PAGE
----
The country is divided into 16 provinces (Bubanza, Bujumbura, Bururi, Cankuzo, Cibitokeas "communes" in rural areas and "quartiers" in the capital, there are a total of 117 of such groupings. Beneath this, there are several lower levels of administrations, including the sector, the "colline", or hillside, and the smallest grouping, the "Nyumba Kumi" or "group of 10 houses."
- Bujumbura - the capital and largest city, situated on northeastern shore of Lake Tanganyika
- Bururi - southern city
- Cibitoke - northwestern city
- Gitega - the former colonial capital, second largest city, in the center of the country
- Muyinga - northeastern city
- Ngozi - northern city
- Kibira National Park - Situated at the top of the apex Zaire-Nile, with its 40,000 ha of preserved forest land, is the largest completely untouched natural area in Burundi. Its wild life constitutes a real shelter for chimpanzees, baboons, cercophitecus (a monkey), and black colobes scattering away to the approach of human beings and defying all laws of equilibrium and gravity. The park is crisscrossed by a network of 180 km of tracks and paths mainly used by guard car patrols and motorized tourists. The guards of the park will scout you in the wood undercover where you will be able to discover the fascinating attraction of the primeval forest and the charming songs of birds. Our mountain chains hide thermal springs, and the access to the park is made through the tea plantations of Teza and Rwegura which count among the best natural sceneries.
- Ruvubu National Park - The National Park of Ruvubu lies on both sides of the Ruvubu River and is limited by high rise mountains. It was freed from human inhabitants and returned to complete wild life. The track and length of the path network is approximately 100 km and includes many observation lookouts. You will be accommodated in a newly erected camp and you will be able to tell your friends when you are back home about tracking buffaloes along their trails where the joyful glee of the songs from all the African bird faunae you may think of it as springing at every winding.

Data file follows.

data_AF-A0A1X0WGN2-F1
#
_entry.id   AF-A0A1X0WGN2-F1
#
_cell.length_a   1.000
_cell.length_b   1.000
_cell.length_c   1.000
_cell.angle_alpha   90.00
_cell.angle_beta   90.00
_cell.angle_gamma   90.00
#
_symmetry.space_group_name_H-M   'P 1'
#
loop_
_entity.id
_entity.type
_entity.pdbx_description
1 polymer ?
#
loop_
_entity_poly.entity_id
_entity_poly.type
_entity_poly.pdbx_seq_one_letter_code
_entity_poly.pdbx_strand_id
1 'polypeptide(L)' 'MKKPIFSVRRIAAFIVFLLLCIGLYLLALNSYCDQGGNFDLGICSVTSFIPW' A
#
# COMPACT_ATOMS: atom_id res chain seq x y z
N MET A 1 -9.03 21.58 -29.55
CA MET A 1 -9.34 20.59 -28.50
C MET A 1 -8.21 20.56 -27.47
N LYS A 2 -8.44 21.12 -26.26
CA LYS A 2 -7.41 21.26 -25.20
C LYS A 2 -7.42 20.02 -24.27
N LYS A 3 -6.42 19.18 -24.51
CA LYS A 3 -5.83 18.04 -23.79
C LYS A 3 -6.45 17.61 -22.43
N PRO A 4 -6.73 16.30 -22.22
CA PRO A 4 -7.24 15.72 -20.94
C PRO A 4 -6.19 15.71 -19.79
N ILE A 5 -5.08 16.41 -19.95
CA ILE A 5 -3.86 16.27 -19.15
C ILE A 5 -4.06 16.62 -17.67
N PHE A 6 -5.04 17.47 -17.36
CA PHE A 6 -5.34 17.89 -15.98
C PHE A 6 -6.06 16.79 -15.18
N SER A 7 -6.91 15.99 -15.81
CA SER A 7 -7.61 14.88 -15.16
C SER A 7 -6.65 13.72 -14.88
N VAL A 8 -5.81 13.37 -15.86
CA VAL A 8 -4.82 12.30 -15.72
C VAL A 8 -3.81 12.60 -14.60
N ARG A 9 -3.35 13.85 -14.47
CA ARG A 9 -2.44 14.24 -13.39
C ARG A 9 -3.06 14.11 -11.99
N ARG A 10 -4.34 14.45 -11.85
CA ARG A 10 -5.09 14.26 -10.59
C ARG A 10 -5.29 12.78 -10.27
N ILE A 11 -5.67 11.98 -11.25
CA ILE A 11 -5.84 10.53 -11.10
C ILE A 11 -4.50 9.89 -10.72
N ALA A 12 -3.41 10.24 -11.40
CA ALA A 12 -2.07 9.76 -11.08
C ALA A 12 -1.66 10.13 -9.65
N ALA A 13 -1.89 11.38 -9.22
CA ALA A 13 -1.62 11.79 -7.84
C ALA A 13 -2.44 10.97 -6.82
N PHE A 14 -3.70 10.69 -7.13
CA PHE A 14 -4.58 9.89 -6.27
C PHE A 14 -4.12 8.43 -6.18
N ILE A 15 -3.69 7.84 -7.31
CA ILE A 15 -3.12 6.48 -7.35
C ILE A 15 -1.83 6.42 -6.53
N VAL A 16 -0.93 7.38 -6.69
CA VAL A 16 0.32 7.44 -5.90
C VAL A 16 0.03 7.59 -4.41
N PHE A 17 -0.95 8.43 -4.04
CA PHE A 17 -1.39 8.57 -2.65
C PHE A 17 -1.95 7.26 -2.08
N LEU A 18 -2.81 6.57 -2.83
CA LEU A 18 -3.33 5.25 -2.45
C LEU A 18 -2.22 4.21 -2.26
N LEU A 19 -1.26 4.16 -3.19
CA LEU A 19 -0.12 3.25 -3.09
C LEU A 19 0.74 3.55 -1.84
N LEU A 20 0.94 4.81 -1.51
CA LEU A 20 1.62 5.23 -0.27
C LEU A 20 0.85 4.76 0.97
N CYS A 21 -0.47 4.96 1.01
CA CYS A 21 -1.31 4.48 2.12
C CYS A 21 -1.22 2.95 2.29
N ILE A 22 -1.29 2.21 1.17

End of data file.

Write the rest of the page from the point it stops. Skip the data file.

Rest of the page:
- Rusizi Natural Reserve - The Natural Reserve of Rusizi will be your first visit in Burundi for the simple reason that it is very near the capital city of Bujumbura. The River Delta extends over 500 ha of vegetation made of Phragmites Mauritianus. It is a natural shelter for few families of antelopes and hippopotamuses that come here in quest of grazing land. At the end of the track if you are lucky enough you may meet with a few crocodiles fast asleep on the golden sand of the river banks. The Rusizi Palmgroves (situated on the Cibitoke road 10 km away from Bujumbura) is also an exceptional landscape that will no doubt make your mind drift away from your day to day preoccupations. It offers to the visitor a rich vegetation completely adapted environment gratified by only a few sparse rains, made of euphorbia, thorny bushes and tall palm trees of the “Hyphaena bengalensis var ventricosa” specie. Right in the deepest part of the reserve you will be able to admire the natural ponds left by the Rusizi meanders. This place is a paradise for birds which come there by the hundred and feed themselves by dive-fishing. If you are patient enough you will be able to see some hippopotamuses paddling in the shallow waters feeling at home as well as on the ground.
- Bururi Natural Reserve - The Natural reserve of Bururi is a 3300 ha expanse of altitude damp forest. The town of Bururi offers visitors this wonderful panorama. In this place there are about 117 different species of birds and 25 different species of mammals have been identified in a forestland surrounding of multifarious vegetation. On a walking circuit along the botanical lanes and trails of this forest the visitor will fully enjoy the wild coolness of our mountains densely covered with trees of many different species. This region is only 33 km distant from Roumonge. The road through it will drive you from the lakes along miles of hallucinating and breathtaking panoramas.